Opened on 1 May 1868 on the property of the famous benefactor Ilija Milosavljević Kolarac, Belgrade’s first modern hospital was situated right in the middle of a somewhat unsavoury Palilula district by the Vidin road. It was one of the many projects by the reformist Prince Mihailo Obrenović in his bid to remake Belgrade and Serbia as a (central) European country, rather than an Ottoman province.
This willingness to adopt a Western aesthetic is apparent in the eclectic romantic look of the hospital building, which was apparently based on a Jewish hospital in Berlin and designed by Jovan Francl. It was one of the most modern hospitals of the era, with advanced ventilation and plumbing systems.
The hospital was opened just a few weeks before Prince Mihailo was assassinated and it was here that most of Serbia’s most famous doctors got their practical education: Laza Lazervić, Vladan Đorđević as well as Draga Ljočić, whose bust is in the garden. Although most of the clinics were slowly moved to the Vračar hill throughout the 20th century, it remained a functioning medical facility until 1983 (when the ophthalmology clinic moved away).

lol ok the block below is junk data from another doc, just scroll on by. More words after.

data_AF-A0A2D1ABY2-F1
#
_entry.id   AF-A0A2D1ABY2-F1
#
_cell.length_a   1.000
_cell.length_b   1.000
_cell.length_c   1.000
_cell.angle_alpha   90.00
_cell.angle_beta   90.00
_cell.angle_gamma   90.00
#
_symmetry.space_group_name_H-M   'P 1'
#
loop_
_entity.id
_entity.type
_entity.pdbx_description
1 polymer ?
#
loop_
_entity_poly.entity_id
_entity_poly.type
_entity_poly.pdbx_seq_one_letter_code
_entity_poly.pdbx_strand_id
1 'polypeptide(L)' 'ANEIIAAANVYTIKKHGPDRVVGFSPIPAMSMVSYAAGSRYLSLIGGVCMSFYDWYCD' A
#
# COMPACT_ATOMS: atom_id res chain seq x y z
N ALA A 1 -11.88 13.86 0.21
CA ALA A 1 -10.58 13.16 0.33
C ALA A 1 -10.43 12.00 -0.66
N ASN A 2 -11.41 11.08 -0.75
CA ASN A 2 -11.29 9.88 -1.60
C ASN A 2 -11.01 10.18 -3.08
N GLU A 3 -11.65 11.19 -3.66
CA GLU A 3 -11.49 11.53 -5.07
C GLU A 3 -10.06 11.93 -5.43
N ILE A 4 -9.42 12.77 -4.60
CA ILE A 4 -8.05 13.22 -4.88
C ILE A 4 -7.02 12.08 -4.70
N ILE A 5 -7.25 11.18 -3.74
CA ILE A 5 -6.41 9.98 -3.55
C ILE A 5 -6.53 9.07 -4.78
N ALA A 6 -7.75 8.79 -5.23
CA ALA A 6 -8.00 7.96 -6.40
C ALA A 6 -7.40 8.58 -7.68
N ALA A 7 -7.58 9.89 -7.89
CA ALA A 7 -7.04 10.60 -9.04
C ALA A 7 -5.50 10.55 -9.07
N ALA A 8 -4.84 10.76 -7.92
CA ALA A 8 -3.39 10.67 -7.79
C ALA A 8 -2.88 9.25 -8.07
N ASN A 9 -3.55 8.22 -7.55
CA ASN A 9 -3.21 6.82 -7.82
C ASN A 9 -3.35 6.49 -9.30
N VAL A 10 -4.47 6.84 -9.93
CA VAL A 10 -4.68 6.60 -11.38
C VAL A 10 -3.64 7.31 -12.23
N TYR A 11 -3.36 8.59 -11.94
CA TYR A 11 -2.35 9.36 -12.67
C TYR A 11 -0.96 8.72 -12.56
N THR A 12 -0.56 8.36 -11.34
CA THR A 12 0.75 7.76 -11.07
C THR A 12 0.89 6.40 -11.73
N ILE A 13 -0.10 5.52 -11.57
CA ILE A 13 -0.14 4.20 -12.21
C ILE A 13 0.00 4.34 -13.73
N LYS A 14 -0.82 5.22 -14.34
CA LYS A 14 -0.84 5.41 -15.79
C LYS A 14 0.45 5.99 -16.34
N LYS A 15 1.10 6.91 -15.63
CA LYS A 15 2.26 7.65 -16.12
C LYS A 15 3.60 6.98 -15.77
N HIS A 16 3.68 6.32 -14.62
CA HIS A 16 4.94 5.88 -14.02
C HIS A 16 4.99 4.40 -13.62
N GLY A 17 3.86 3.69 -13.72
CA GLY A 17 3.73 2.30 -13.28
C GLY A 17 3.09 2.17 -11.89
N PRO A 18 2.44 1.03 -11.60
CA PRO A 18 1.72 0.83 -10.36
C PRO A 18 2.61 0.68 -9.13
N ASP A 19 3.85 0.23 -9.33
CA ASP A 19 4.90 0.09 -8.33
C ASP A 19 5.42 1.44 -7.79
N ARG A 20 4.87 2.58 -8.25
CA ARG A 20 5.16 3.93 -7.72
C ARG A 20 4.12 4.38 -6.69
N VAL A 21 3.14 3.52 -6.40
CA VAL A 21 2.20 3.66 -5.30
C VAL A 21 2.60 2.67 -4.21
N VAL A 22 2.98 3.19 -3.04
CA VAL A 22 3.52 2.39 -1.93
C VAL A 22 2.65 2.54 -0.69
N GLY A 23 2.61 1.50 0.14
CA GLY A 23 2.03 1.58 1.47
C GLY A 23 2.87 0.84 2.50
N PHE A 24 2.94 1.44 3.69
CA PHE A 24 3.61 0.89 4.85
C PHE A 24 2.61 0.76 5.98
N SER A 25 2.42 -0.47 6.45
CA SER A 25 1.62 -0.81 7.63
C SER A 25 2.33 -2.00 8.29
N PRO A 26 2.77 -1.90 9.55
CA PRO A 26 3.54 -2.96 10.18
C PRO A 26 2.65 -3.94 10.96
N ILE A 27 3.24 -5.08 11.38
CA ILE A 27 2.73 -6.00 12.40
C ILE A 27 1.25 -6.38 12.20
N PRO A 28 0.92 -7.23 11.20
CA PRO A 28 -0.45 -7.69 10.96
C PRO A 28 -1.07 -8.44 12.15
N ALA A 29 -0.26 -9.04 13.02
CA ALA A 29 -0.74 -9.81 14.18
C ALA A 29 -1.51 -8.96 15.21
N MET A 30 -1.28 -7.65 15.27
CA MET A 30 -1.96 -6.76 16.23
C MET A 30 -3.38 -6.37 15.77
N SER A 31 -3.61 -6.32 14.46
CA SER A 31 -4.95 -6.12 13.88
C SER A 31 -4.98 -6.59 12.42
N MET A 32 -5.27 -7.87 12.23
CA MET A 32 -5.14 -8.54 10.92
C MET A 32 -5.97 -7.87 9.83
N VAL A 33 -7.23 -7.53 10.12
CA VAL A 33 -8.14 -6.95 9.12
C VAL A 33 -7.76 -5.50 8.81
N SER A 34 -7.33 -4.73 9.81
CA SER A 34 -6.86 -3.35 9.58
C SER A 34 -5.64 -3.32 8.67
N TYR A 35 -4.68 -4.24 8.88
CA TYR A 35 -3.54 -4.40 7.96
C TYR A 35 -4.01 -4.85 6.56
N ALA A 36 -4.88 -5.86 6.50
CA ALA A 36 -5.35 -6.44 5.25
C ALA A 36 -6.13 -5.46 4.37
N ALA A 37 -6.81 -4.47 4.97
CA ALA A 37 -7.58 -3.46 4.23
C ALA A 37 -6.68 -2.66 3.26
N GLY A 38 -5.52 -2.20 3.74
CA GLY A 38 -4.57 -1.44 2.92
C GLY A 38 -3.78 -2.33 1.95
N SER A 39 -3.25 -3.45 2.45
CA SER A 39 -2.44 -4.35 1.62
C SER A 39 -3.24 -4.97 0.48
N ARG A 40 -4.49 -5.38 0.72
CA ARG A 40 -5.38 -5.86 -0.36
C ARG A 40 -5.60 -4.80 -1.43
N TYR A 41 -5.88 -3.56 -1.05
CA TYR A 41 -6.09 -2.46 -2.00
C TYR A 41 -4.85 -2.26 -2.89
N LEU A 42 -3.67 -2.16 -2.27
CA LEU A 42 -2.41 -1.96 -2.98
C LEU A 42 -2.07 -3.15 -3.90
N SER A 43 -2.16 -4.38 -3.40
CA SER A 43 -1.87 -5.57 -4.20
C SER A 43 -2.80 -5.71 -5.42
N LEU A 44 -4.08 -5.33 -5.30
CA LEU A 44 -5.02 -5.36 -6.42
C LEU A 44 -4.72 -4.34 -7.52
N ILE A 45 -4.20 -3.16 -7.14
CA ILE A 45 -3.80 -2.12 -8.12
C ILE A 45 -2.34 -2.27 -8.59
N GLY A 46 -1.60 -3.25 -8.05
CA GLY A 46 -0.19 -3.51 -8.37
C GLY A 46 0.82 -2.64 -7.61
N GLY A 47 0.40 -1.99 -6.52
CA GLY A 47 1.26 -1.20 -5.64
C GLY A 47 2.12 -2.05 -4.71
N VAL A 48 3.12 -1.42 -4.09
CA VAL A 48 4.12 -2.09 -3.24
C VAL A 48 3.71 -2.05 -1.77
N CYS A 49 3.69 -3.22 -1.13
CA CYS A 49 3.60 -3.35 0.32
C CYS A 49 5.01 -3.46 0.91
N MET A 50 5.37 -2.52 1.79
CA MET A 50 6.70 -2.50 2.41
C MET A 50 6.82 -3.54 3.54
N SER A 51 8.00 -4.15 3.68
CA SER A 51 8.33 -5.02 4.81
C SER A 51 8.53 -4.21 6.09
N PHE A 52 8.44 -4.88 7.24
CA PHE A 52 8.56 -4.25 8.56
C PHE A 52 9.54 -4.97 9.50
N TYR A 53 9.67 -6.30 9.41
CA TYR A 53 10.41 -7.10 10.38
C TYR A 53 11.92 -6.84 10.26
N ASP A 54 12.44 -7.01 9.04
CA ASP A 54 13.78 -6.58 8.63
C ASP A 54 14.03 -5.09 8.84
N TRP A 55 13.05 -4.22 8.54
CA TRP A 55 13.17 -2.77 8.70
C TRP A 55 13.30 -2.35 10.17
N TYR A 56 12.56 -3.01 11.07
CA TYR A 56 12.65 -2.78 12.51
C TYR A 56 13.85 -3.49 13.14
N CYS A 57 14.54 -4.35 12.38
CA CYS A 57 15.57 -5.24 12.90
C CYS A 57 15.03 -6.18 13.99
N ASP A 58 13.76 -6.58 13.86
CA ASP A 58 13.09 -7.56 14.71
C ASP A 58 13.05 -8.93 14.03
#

Since then it served as the headquarters of the Serbian Medical Society, and now houses one of Belgrade’s most underrated museums, which displays the history of local medicine.
The old hospital’s garden also contains a bust of Ludwik Hirszfeld, a Polish microbiologist who helped the Serbian army during the WWI in fighting typhus and dysentry outbreaks. In his long and distinguished career, which included the discovery of inheritance of ABO blood-types, Hirszfeld also worked on anti-epidemic measures in the Warsaw Ghetto, in which he was forced due to his Jewish heritage.